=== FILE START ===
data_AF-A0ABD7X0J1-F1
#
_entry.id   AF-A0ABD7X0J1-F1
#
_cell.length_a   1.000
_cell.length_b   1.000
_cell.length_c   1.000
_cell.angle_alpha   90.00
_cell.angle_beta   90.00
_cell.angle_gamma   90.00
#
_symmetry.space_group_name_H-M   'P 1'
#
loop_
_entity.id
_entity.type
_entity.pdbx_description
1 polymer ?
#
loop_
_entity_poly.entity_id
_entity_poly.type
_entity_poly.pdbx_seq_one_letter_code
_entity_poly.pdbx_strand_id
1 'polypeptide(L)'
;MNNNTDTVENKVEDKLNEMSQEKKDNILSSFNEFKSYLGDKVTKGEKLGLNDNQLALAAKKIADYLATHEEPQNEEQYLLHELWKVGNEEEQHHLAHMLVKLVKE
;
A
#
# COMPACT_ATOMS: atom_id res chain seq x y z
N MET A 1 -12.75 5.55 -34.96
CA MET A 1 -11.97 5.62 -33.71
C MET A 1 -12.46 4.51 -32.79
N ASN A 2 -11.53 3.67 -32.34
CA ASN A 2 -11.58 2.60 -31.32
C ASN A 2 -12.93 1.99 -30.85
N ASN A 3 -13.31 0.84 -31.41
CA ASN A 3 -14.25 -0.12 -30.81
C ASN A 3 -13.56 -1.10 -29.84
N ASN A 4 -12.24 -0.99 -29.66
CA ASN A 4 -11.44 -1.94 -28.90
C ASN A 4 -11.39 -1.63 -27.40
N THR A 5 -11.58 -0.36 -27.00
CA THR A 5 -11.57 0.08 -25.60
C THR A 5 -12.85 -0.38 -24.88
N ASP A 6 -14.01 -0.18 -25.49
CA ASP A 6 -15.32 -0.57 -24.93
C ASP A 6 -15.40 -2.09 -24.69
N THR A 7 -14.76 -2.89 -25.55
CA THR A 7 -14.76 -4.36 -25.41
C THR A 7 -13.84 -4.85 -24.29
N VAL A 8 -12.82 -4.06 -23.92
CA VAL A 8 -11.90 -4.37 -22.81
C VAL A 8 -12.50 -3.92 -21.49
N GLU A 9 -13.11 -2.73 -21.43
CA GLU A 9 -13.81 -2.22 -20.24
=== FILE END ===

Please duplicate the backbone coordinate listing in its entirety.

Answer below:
data_AF-A0ABD7X0J1-F1
#
_entry.id   AF-A0ABD7X0J1-F1
#
_cell.length_a   1.000
_cell.length_b   1.000
_cell.length_c   1.000
_cell.angle_alpha   90.00
_cell.angle_beta   90.00
_cell.angle_gamma   90.00
#
_symmetry.space_group_name_H-M   'P 1'
#
loop_
_entity.id
_entity.type
_entity.pdbx_description
1 polymer ?
#
loop_
_entity_poly.entity_id
_entity_poly.type
_entity_poly.pdbx_seq_one_letter_code
_entity_poly.pdbx_strand_id
1 'polypeptide(L)'
;MNNNTDTVENKVEDKLNEMSQEKKDNILSSFNEFKSYLGDKVTKGEKLGLNDNQLALAAKKIADYLATHEEPQNEEQYLLHELWKVGNEEEQHHLAHMLVKLVKE
;
A
#
# COMPACT_ATOMS: atom_id res chain seq x y z
N MET A 1 -12.75 5.55 -34.96
CA MET A 1 -11.97 5.62 -33.71
C MET A 1 -12.46 4.51 -32.79
N ASN A 2 -11.53 3.67 -32.34
CA ASN A 2 -11.58 2.60 -31.32
C ASN A 2 -12.93 1.99 -30.85
N ASN A 3 -13.31 0.84 -31.41
CA ASN A 3 -14.25 -0.12 -30.81
C ASN A 3 -13.56 -1.10 -29.84
N ASN A 4 -12.24 -0.99 -29.66
CA ASN A 4 -11.44 -1.94 -28.90
C ASN A 4 -11.39 -1.63 -27.40
N THR A 5 -11.58 -0.36 -27.00
CA THR A 5 -11.57 0.08 -25.60
C THR A 5 -12.85 -0.38 -24.88
N ASP A 6 -14.01 -0.18 -25.49
CA ASP A 6 -15.32 -0.57 -24.93
C ASP A 6 -15.40 -2.09 -24.69
N THR A 7 -14.76 -2.89 -25.55
CA THR A 7 -14.76 -4.36 -25.41
C THR A 7 -13.84 -4.85 -24.29
N VAL A 8 -12.82 -4.06 -23.92
CA VAL A 8 -11.90 -4.37 -22.81
C VAL A 8 -12.50 -3.92 -21.49
N GLU A 9 -13.11 -2.73 -21.43
CA GLU A 9 -13.81 -2.22 -20.24